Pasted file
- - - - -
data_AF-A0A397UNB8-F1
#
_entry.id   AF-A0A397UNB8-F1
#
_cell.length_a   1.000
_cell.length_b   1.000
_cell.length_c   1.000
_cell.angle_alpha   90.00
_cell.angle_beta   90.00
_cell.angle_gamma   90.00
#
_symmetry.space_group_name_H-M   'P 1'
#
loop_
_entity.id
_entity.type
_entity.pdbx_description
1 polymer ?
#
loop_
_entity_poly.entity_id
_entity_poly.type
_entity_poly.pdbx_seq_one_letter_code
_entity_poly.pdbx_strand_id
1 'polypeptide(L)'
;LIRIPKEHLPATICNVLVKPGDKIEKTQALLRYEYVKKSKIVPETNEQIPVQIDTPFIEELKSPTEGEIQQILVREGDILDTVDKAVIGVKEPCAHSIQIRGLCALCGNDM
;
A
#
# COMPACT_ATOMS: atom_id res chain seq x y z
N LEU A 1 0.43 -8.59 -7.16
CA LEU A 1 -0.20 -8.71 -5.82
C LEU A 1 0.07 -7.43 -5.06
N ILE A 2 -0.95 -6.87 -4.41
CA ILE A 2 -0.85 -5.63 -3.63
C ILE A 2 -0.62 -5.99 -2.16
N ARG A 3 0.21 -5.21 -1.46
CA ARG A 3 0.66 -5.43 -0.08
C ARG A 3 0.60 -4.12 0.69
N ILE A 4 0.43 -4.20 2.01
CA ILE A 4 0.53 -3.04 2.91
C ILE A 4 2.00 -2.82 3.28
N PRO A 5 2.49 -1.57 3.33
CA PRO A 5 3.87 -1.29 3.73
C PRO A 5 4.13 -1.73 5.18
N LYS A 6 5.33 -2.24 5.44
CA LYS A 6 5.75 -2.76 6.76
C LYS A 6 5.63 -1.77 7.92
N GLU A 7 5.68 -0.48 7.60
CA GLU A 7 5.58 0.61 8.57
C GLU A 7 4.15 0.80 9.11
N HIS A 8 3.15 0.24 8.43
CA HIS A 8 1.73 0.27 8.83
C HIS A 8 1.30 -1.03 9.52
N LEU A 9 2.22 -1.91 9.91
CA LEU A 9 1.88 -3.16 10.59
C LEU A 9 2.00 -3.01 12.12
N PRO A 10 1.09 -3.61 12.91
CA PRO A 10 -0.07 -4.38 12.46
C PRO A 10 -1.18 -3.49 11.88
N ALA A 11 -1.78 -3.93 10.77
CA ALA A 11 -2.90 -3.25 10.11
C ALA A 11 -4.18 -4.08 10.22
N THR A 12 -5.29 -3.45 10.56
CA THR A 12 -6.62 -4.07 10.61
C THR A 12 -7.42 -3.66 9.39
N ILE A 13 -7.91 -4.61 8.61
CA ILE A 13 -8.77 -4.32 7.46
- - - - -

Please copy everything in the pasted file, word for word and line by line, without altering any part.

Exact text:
data_AF-A0A397UNB8-F1
#
_entry.id   AF-A0A397UNB8-F1
#
_cell.length_a   1.000
_cell.length_b   1.000
_cell.length_c   1.000
_cell.angle_alpha   90.00
_cell.angle_beta   90.00
_cell.angle_gamma   90.00
#
_symmetry.space_group_name_H-M   'P 1'
#
loop_
_entity.id
_entity.type
_entity.pdbx_description
1 polymer ?
#
loop_
_entity_poly.entity_id
_entity_poly.type
_entity_poly.pdbx_seq_one_letter_code
_entity_poly.pdbx_strand_id
1 'polypeptide(L)'
;LIRIPKEHLPATICNVLVKPGDKIEKTQALLRYEYVKKSKIVPETNEQIPVQIDTPFIEELKSPTEGEIQQILVREGDILDTVDKAVIGVKEPCAHSIQIRGLCALCGNDM
;
A
#
# COMPACT_ATOMS: atom_id res chain seq x y z
N LEU A 1 0.43 -8.59 -7.16
CA LEU A 1 -0.20 -8.71 -5.82
C LEU A 1 0.07 -7.43 -5.06
N ILE A 2 -0.95 -6.87 -4.41
CA ILE A 2 -0.85 -5.63 -3.63
C ILE A 2 -0.62 -5.99 -2.16
N ARG A 3 0.21 -5.21 -1.46
CA ARG A 3 0.66 -5.43 -0.08
C ARG A 3 0.60 -4.12 0.69
N ILE A 4 0.43 -4.20 2.01
CA ILE A 4 0.53 -3.04 2.91
C ILE A 4 2.00 -2.82 3.28
N PRO A 5 2.49 -1.57 3.33
CA PRO A 5 3.87 -1.29 3.73
C PRO A 5 4.13 -1.73 5.18
N LYS A 6 5.33 -2.24 5.44
CA LYS A 6 5.75 -2.76 6.76
C LYS A 6 5.63 -1.77 7.92
N GLU A 7 5.68 -0.48 7.60
CA GLU A 7 5.58 0.61 8.57
C GLU A 7 4.15 0.80 9.11
N HIS A 8 3.15 0.24 8.43
CA HIS A 8 1.73 0.27 8.83
C HIS A 8 1.30 -1.03 9.52
N LEU A 9 2.22 -1.91 9.91
CA LEU A 9 1.88 -3.16 10.59
C LEU A 9 2.00 -3.01 12.12
N PRO A 10 1.09 -3.61 12.91
CA PRO A 10 -0.07 -4.38 12.46
C PRO A 10 -1.18 -3.49 11.88
N ALA A 11 -1.78 -3.93 10.77
CA ALA A 11 -2.90 -3.25 10.11
C ALA A 11 -4.18 -4.08 10.22
N THR A 12 -5.29 -3.45 10.56
CA THR A 12 -6.62 -4.07 10.61
C THR A 12 -7.42 -3.66 9.39
N ILE A 13 -7.91 -4.61 8.61
CA ILE A 13 -8.77 -4.32 7.46